How the animated series refreshes pop culture TV 18 years after its source material did the same for comics.
I know it is final exam season so not everyone has the time to devote to a new series right now. But, if you find time and are a fan of the superhero genre, this is a no brainer. To round out this year’s Collegian reviews, let’s take a look at….
Spoiler Warning: For those that haven’t had a chance to check out “Invincible” yet, or those who are just hearing about the series from this article, it is nearly impossible to discuss what makes it so special without discussing the events of the first episode. I will only be spoiling the first episode of the eight episode season in this review, so please go check out “Invincible” episode one: “It’s About Time” on Amazon Prime and then return to this review at your convenience. T/w: Extreme violence.
Okay, so with that out of the way.
“Invincible” conquers one of the biggest challenges that superhero shows have: establishing a world, characters and rules in just one episode. The opening act of the first episode introduces us to a world where superheroes and supervillains roam the cities, where the United States government sponsors and organizes heroes through the Global Defense Agency, and our main character, Mark Grayson, a newly superpowered teen going by the name Invincible, the son of the world’s greatest superhero: Nolan Grayson aka Omni-Man.
After establishing everything the viewer needs to know about the world, it continually adds on characters and plot lines that fit into its established rules until the very end of the episode. Every single thing the viewer has learned about this world is instantly brought into question as Omni-Man, the great hero that much of the story revolves around, brutally and disgustingly murders seven of the world’s most powerful heroes and role models. Not only does this bring to life the age old question of “what if Superman was a bad guy?” it also presents a world where there is an unstoppable force, and the only person who could possibly act as an immovable object is his own son who, despite his ironic name, is definitely not invincible.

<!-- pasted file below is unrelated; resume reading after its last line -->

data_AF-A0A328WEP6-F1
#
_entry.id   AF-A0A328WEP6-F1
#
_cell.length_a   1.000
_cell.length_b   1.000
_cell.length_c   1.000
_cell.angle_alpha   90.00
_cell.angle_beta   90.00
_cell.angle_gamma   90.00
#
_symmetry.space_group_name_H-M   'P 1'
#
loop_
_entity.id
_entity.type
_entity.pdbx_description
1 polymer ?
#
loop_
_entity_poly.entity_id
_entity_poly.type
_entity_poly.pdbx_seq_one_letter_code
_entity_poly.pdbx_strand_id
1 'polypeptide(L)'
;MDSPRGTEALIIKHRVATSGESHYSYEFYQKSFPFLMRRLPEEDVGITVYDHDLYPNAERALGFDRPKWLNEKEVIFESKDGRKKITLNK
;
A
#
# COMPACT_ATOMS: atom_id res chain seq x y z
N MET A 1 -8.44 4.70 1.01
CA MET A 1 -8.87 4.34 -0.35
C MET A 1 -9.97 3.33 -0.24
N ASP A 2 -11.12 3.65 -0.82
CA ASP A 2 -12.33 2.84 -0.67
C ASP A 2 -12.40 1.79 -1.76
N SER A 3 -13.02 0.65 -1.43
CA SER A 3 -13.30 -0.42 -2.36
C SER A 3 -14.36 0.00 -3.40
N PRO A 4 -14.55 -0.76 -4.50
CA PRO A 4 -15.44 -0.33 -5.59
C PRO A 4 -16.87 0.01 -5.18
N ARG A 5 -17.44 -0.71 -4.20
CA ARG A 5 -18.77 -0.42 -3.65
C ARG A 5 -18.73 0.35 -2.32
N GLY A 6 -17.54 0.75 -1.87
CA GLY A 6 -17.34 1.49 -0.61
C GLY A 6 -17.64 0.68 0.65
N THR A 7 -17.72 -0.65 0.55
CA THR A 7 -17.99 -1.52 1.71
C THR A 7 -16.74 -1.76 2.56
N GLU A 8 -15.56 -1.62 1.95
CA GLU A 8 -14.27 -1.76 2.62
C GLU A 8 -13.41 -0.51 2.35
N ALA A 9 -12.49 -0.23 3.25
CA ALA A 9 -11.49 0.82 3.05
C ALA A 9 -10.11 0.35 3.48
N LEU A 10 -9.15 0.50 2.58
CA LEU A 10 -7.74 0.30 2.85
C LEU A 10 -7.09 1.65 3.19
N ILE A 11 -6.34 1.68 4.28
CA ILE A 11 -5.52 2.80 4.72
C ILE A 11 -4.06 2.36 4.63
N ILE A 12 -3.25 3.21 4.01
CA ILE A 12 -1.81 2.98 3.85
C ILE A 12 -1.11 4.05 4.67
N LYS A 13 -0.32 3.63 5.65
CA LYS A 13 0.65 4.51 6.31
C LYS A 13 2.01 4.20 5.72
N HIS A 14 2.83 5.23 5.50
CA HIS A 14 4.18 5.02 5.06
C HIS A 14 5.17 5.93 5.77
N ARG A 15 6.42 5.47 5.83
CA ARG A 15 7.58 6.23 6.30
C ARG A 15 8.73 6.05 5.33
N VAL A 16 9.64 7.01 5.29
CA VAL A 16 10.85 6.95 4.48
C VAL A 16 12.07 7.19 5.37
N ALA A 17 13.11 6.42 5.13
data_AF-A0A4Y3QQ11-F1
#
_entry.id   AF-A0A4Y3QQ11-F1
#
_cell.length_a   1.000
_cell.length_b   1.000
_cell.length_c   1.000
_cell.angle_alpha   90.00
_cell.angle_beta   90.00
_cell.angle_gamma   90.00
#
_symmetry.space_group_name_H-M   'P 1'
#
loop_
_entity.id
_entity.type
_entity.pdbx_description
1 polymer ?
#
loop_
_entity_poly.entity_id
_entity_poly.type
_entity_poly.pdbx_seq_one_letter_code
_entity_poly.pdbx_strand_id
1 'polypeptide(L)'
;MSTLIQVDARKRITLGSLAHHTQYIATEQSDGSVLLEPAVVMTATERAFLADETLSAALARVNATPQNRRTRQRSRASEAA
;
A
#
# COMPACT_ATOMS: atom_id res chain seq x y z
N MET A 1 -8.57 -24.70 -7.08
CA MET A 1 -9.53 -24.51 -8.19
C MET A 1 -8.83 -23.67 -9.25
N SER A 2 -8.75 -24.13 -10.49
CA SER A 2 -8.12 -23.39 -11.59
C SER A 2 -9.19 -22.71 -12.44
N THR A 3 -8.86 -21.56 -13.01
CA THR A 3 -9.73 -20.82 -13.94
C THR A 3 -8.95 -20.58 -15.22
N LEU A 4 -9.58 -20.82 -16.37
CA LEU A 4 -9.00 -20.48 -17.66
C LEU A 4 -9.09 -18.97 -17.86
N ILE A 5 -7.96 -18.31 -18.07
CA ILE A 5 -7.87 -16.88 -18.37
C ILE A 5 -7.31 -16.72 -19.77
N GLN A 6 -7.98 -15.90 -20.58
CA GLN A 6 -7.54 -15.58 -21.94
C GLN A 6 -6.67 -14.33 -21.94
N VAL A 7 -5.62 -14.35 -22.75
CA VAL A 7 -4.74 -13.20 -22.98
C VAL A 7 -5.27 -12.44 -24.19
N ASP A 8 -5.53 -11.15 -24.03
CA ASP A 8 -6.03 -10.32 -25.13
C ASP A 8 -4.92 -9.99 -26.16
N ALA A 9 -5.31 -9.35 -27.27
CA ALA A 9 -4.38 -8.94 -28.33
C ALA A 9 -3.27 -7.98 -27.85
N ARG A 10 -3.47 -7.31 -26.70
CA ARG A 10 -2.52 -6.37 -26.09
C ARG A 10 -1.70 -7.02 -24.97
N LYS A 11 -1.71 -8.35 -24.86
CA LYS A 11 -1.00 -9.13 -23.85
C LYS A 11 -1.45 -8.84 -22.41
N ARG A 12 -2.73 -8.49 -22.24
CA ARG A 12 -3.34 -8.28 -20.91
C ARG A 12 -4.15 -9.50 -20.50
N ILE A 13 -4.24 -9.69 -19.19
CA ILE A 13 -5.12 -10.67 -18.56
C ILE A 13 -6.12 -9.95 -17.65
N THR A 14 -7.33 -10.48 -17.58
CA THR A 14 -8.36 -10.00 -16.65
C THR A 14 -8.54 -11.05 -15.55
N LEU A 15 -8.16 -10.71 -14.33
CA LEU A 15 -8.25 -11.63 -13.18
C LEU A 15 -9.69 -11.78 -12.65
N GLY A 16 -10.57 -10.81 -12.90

Amazon made the right call pulling this plot twist to the first episode, as now the whole series is simultaneously an origin story of Invincible, as well as a fast moving bullet train of dramatic irony pushing these lovable characters into a horrifying situation where the strongest being on the planet becomes their enemy. The series sets its stakes, lets them breathe and tells us a story of an awkward teenager finding his way in the world to distract us from the implications of the carrot on a stick that is the massacre. I could write a whole dissertation on how the plot twist affects the viewer’s perspective on every other second of screen time either Mark or Nolan has, but anyone who has seen the series already feels that, as was intended by the showrunners.
On the subject of the series’s production: J.K. Simmons, Sandra Oh, Mahershala Ali, Zach Quinto, Steven Yeun, Mark Hamill, Jason Mantzoukas, Seth Rogan, Walton Goggins, Zazie Beetz, Justin Roiland, Reginald VelJohnson, the list goes on for voice talent. I know Amazon is producing this series and that means they could pay the Queen of England herself to be on the show if they wanted with all that money, but I was seriously not prepared for this number of talented actors to show up in such a niche series. Every character feels simultaneously real and heightened. J.K. Simmons as Omni-Man flips perfectly between fatherly and menacing, Steven Yeun as Invincible brings a sense of insecurity and youthful ignorance to a deeply passionate character, Sandra Oh as Debbie Grayson plays both the perfect mother and the perfect subject of grief and Jason Mantzoukas as Rex Splode makes every other character seem dull in comparison to his vibrant and erratic voice. The cast is unmatched in the animated space, and can only go up as the series gains popularity.